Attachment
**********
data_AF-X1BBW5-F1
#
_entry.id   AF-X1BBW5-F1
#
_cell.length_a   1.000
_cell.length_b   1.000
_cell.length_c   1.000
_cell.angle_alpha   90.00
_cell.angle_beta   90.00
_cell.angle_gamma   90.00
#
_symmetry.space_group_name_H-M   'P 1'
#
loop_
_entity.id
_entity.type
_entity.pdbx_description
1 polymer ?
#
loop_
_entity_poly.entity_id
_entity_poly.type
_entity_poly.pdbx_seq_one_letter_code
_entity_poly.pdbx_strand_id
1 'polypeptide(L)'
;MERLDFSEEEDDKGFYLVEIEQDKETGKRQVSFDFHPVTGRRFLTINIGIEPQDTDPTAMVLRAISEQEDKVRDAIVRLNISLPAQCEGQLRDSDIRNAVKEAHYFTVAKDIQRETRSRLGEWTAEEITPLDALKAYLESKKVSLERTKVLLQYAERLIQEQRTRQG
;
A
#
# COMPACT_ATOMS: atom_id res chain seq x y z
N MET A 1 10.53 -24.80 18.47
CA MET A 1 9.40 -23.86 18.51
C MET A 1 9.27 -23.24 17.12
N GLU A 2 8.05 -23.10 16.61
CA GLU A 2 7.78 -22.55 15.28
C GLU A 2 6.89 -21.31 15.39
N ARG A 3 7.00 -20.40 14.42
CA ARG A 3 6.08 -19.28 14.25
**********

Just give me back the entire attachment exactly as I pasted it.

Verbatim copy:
data_AF-X1BBW5-F1
#
_entry.id   AF-X1BBW5-F1
#
_cell.length_a   1.000
_cell.length_b   1.000
_cell.length_c   1.000
_cell.angle_alpha   90.00
_cell.angle_beta   90.00
_cell.angle_gamma   90.00
#
_symmetry.space_group_name_H-M   'P 1'
#
loop_
_entity.id
_entity.type
_entity.pdbx_description
1 polymer ?
#
loop_
_entity_poly.entity_id
_entity_poly.type
_entity_poly.pdbx_seq_one_letter_code
_entity_poly.pdbx_strand_id
1 'polypeptide(L)'
;MERLDFSEEEDDKGFYLVEIEQDKETGKRQVSFDFHPVTGRRFLTINIGIEPQDTDPTAMVLRAISEQEDKVRDAIVRLNISLPAQCEGQLRDSDIRNAVKEAHYFTVAKDIQRETRSRLGEWTAEEITPLDALKAYLESKKVSLERTKVLLQYAERLIQEQRTRQG
;
A
#
# COMPACT_ATOMS: atom_id res chain seq x y z
N MET A 1 10.53 -24.80 18.47
CA MET A 1 9.40 -23.86 18.51
C MET A 1 9.27 -23.24 17.12
N GLU A 2 8.05 -23.10 16.61
CA GLU A 2 7.78 -22.55 15.28
C GLU A 2 6.89 -21.31 15.39
N ARG A 3 7.00 -20.40 14.42
CA ARG A 3 6.08 -19.28 14.25